As Simon Hughes said in his concluding remarks, the judgments are difficult, and the international context in which they are set makes them even more difficult and sensitive. I agree that the civil liberties of individuals who might be suspected of terrorism is important, not least for the reasons outlined by my hon. Friend Mr. Mullin, but we have to balance that against the civil liberties of all the citizens of this country who also have a right in a democracy to expect to live their lives free from the fear and possibility of harm by people who act in that way. It is increasingly necessary to balance the public good against the rights of individuals.
It might help the House if I set out the safeguards. In trying to strike a balance, we must recognise that the context is very different from what it was some years ago, as Lady Hermon and my hon. Friend the Member for Sunderland, South said. The Terrorism Act 2000, and schedule 8 provisions for the extension of detention in particular, is subjected to PACE code C and specific codes of practice under that Act. There must be judicial authorisation after 48 hours for any extension of detention and there is access to solicitors throughout unless there is good reason to exclude that arrangement in the first 48 hours only. There is audio recording of all interviews and video recording of all interviews in Northern Ireland. There is a detention review throughout by the police and an annual review by Lord Carlile, who I am sure will examine the issue. Northern Ireland also has an independent commissioner for detained terrorist suspects.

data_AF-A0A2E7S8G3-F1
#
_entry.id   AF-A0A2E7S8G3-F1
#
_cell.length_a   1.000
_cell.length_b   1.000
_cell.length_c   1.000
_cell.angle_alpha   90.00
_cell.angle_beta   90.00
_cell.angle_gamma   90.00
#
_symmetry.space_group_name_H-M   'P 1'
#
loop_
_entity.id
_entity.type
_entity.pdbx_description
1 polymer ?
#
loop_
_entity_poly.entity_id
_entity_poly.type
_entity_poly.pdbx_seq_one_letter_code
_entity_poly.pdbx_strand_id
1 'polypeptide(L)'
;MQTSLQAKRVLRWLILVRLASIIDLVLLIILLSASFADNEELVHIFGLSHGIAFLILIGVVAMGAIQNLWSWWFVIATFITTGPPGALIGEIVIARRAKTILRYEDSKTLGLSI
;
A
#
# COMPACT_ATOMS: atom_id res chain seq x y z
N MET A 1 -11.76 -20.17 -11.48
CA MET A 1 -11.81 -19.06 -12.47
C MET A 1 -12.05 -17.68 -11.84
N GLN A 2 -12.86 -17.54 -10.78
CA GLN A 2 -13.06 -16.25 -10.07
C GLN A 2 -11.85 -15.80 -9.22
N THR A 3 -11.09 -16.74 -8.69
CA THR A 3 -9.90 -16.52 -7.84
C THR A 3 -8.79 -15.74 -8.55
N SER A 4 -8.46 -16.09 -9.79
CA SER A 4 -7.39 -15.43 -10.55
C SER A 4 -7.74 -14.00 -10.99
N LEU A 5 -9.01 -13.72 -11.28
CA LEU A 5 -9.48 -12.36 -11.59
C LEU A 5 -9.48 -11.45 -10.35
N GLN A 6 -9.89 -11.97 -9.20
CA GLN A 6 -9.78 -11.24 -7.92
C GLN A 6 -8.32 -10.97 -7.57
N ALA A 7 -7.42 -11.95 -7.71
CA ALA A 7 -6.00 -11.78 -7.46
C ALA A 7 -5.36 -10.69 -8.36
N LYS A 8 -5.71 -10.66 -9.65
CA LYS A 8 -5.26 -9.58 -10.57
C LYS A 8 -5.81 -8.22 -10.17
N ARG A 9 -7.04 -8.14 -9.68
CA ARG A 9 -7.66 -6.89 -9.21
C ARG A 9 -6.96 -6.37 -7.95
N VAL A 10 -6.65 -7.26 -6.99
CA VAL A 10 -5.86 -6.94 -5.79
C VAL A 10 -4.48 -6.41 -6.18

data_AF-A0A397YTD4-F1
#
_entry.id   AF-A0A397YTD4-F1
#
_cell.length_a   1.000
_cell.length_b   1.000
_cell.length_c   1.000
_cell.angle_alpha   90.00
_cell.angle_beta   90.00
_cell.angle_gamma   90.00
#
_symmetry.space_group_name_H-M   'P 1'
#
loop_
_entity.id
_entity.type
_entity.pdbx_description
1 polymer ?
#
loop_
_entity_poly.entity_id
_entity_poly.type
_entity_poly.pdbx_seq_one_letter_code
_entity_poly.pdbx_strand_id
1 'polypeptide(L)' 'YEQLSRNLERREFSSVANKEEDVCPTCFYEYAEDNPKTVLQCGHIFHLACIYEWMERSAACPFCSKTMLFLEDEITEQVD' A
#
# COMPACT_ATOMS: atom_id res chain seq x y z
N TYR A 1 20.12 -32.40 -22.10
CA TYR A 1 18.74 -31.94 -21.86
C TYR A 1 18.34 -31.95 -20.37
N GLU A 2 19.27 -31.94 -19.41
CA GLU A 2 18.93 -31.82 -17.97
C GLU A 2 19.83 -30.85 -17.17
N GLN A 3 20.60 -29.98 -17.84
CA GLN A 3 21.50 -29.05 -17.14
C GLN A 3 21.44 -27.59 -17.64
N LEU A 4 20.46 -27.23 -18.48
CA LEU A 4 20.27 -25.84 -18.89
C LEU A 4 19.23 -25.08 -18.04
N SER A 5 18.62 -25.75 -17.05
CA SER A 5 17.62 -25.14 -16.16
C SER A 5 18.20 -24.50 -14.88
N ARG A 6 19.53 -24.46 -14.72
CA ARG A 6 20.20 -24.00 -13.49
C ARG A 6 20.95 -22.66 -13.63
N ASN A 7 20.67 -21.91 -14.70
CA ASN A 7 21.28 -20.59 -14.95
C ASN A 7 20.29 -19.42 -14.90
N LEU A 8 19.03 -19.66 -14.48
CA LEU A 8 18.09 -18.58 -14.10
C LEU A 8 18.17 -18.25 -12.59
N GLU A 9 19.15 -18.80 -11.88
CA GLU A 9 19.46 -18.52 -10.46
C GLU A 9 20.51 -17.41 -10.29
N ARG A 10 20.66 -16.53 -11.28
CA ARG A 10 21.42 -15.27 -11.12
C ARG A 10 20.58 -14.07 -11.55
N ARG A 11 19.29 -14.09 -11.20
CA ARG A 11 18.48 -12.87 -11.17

Although that might not assuage all concerns completely, especially if they are based on points of principle, it is clear that there is a battery of safeguards. I hope that they give some comfort to hon. Members.
Question put and agreed to.
Clause read a Second time, and added to the Bill.